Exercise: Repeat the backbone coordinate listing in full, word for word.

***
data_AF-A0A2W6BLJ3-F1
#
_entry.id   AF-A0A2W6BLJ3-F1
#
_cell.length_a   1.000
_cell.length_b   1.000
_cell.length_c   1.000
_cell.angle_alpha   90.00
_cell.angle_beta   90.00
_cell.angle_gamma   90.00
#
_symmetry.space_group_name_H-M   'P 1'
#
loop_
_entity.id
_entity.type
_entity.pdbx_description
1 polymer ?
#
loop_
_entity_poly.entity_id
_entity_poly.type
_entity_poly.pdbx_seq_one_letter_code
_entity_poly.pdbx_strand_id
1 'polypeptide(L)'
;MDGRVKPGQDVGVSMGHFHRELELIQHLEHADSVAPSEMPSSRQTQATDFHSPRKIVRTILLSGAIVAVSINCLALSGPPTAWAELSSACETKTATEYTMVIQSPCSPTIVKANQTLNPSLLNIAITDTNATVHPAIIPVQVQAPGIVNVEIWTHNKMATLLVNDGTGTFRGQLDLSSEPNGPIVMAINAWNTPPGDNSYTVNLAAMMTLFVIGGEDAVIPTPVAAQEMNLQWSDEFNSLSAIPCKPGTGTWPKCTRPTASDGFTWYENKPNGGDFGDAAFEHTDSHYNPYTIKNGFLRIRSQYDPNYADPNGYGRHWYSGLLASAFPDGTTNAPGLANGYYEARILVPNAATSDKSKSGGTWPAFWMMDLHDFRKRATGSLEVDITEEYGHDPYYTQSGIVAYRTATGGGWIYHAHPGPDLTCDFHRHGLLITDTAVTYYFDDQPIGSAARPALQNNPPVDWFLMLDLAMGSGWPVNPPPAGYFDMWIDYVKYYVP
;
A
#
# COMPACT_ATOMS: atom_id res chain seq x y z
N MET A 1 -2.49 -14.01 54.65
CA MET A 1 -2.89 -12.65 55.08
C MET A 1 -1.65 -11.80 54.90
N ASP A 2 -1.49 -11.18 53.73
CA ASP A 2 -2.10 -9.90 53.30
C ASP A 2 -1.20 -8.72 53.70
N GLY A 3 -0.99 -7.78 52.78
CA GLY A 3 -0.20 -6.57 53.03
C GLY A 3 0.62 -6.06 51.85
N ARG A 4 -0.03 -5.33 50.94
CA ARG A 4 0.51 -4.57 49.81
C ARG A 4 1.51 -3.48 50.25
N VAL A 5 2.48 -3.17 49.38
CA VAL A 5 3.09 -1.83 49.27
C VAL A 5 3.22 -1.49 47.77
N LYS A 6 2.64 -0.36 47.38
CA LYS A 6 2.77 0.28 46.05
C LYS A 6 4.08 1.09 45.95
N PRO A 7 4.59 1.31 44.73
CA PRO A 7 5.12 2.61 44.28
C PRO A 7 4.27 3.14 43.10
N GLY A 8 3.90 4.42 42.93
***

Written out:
data_AF-A0A2W6BLJ3-F1
#
_entry.id   AF-A0A2W6BLJ3-F1
#
_cell.length_a   1.000
_cell.length_b   1.000
_cell.length_c   1.000
_cell.angle_alpha   90.00
_cell.angle_beta   90.00
_cell.angle_gamma   90.00
#
_symmetry.space_group_name_H-M   'P 1'
#
loop_
_entity.id
_entity.type
_entity.pdbx_description
1 polymer ?
#
loop_
_entity_poly.entity_id
_entity_poly.type
_entity_poly.pdbx_seq_one_letter_code
_entity_poly.pdbx_strand_id
1 'polypeptide(L)'
;MDGRVKPGQDVGVSMGHFHRELELIQHLEHADSVAPSEMPSSRQTQATDFHSPRKIVRTILLSGAIVAVSINCLALSGPPTAWAELSSACETKTATEYTMVIQSPCSPTIVKANQTLNPSLLNIAITDTNATVHPAIIPVQVQAPGIVNVEIWTHNKMATLLVNDGTGTFRGQLDLSSEPNGPIVMAINAWNTPPGDNSYTVNLAAMMTLFVIGGEDAVIPTPVAAQEMNLQWSDEFNSLSAIPCKPGTGTWPKCTRPTASDGFTWYENKPNGGDFGDAAFEHTDSHYNPYTIKNGFLRIRSQYDPNYADPNGYGRHWYSGLLASAFPDGTTNAPGLANGYYEARILVPNAATSDKSKSGGTWPAFWMMDLHDFRKRATGSLEVDITEEYGHDPYYTQSGIVAYRTATGGGWIYHAHPGPDLTCDFHRHGLLITDTAVTYYFDDQPIGSAARPALQNNPPVDWFLMLDLAMGSGWPVNPPPAGYFDMWIDYVKYYVP
;
A
#
# COMPACT_ATOMS: atom_id res chain seq x y z
N MET A 1 -2.49 -14.01 54.65
CA MET A 1 -2.89 -12.65 55.08
C MET A 1 -1.65 -11.80 54.90
N ASP A 2 -1.49 -11.18 53.73
CA ASP A 2 -2.10 -9.90 53.30
C ASP A 2 -1.20 -8.72 53.70
N GLY A 3 -0.99 -7.78 52.78
CA GLY A 3 -0.20 -6.57 53.03
C GLY A 3 0.62 -6.06 51.85
N ARG A 4 -0.03 -5.33 50.94
CA ARG A 4 0.51 -4.57 49.81
C ARG A 4 1.51 -3.48 50.25
N VAL A 5 2.48 -3.17 49.38
CA VAL A 5 3.09 -1.83 49.27
C VAL A 5 3.22 -1.49 47.77
N LYS A 6 2.64 -0.36 47.38
CA LYS A 6 2.77 0.28 46.05
C LYS A 6 4.08 1.09 45.95
N PRO A 7 4.59 1.31 44.73
CA PRO A 7 5.12 2.61 44.28
C PRO A 7 4.27 3.14 43.10
N GLY A 8 3.90 4.42 42.93